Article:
Trunk trail maintenance in leafcutter ants: caste involvement and effects of obstacle type and size on path clearing in Atta cephalotes

E. Cevallos Dupuis, Jon Harrison

Research output: Contribution to journalArticle

7 Scopus citations

Abstract

Morphological castes occur throughout ant species, but their role in task partitioning and colony success remains controversial. Task partitioning based on size is thought to increase colony efficiency, but tests of this hypothesis are difficult. In this study, we delve into the role of different morphological castes of Atta cephalotes in the maintenance of trunk trails, a task considered very important to foraging efficiency in leafcutters. Using differently sized dead and live leaves as obstacles, we tested for evidence of size matching by performing sixty trials in which we recorded the involvement of different castes and the effect of removal of majors on obstacle removal in one A. cephalotes colony. Ants treated live and dead leaves in the path identically. Cutting and pulling of larger leaves involved more ants (of all size castes), and took longer. Removal of the majors (22% of all workers involved) did not negatively impact removal time of obstacles of any size. We hypothesized that there would be matching between ant size and the size of the obstacle removed, but we found no evidence for such matching. Mediae were more likely to pull than minors. When the majors were removed, the minors and mediae increased in cutting and pulling leaves to compensate, with the mediae particularly increasing in pulling. Overall, our results suggest that minors and mediae differ in task partitioning for obstacle removal, and that castes can respond flexibly to removal of other castes. However, we found no evidence that morphological castes improve capacities for trail clearing.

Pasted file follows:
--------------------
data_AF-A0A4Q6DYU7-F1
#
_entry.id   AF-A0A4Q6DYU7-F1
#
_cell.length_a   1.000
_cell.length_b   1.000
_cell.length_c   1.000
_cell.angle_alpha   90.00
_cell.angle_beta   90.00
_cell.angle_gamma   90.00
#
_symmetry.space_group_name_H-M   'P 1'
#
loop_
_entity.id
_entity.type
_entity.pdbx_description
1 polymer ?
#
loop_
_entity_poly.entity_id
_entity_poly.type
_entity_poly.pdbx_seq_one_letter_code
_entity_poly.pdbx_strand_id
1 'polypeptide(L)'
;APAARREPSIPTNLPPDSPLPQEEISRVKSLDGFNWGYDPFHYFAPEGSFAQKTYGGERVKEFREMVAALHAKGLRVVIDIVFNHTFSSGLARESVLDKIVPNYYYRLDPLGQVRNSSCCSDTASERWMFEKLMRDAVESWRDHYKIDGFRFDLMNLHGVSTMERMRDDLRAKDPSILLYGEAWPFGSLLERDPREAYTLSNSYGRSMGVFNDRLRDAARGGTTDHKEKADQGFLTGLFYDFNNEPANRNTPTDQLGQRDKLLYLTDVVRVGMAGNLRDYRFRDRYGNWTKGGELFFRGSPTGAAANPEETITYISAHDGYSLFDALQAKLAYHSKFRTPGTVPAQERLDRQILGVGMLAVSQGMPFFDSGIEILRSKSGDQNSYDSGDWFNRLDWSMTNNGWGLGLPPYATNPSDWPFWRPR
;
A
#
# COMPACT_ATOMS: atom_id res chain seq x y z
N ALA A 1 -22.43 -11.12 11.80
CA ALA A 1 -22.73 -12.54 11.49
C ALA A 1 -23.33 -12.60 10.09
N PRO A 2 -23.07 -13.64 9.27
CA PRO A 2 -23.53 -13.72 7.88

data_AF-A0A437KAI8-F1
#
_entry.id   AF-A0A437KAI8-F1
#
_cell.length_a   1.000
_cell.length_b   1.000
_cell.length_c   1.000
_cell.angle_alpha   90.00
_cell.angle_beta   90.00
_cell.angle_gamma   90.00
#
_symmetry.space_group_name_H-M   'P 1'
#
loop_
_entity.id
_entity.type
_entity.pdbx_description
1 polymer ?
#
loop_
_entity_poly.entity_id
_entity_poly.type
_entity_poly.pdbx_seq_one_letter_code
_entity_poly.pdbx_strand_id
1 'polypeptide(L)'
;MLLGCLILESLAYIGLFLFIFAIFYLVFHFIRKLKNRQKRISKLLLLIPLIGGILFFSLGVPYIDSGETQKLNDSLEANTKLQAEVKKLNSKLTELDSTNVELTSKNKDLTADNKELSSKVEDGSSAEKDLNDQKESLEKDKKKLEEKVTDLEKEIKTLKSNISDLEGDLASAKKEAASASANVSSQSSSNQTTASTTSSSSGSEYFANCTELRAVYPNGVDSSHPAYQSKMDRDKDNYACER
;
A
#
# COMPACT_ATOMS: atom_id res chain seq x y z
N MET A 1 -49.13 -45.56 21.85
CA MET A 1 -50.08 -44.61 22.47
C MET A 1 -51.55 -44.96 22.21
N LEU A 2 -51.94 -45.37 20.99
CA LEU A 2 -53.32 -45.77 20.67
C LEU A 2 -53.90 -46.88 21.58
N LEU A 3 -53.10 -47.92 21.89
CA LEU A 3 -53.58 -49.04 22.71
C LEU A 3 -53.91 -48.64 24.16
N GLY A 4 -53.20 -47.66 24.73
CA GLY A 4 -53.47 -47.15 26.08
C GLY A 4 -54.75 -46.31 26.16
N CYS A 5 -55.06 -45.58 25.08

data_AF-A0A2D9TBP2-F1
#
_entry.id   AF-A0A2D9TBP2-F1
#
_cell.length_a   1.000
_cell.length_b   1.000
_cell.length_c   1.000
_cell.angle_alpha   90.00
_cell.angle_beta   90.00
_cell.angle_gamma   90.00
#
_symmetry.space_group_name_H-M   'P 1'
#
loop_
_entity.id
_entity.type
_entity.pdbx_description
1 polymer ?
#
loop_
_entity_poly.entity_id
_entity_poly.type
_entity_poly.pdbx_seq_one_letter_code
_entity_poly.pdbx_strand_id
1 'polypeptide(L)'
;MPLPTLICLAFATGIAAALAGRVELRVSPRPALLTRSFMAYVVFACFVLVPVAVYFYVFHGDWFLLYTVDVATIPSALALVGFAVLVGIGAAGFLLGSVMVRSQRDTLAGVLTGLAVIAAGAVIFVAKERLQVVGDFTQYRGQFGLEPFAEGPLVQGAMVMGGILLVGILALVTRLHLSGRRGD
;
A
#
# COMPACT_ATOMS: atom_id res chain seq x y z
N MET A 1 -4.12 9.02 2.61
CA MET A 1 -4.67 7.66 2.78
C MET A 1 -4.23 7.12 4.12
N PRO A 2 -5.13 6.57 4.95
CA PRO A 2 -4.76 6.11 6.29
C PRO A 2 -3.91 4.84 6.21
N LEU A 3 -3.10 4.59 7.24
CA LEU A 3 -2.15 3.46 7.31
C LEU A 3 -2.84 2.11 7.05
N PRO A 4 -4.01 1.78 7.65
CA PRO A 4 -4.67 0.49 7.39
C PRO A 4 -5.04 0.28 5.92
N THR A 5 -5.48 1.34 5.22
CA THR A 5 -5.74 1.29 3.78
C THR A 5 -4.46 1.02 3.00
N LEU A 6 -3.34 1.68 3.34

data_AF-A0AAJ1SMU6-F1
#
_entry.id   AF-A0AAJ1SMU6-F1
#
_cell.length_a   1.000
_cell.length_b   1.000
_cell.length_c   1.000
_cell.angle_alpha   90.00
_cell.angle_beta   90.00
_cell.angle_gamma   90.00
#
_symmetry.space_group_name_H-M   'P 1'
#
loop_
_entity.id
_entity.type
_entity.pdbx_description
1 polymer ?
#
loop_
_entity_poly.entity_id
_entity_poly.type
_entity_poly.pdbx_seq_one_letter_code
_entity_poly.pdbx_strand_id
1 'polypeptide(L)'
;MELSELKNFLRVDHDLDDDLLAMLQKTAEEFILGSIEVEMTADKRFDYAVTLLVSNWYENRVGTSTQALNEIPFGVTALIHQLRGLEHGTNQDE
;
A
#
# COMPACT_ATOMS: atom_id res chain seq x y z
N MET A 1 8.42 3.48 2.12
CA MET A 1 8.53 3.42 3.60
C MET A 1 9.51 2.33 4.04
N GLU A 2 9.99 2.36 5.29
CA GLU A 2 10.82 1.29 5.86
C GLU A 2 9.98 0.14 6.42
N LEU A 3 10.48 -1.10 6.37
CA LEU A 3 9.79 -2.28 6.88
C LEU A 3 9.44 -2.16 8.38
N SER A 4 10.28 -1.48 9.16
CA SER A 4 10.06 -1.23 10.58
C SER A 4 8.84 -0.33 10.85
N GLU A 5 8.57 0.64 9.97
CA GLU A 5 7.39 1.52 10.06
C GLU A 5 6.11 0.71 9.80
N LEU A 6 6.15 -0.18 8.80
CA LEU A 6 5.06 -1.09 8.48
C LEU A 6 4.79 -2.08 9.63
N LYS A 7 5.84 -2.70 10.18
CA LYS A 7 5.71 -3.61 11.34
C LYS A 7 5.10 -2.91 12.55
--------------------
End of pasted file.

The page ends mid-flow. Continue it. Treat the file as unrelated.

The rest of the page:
Original languageEnglish (US)
Pages (from-to)1-8
Number of pages8
JournalInsectes Sociaux
DOIs
StateAccepted/In press - Nov 29 2016

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Keywords

  • Atta cephalotes
  • Morphological castes
  • Path clearing
  • Task partitioning
  • Trunk trail maintenance

ASJC Scopus subject areas

  • Ecology, Evolution, Behavior and Systematics
  • Insect Science

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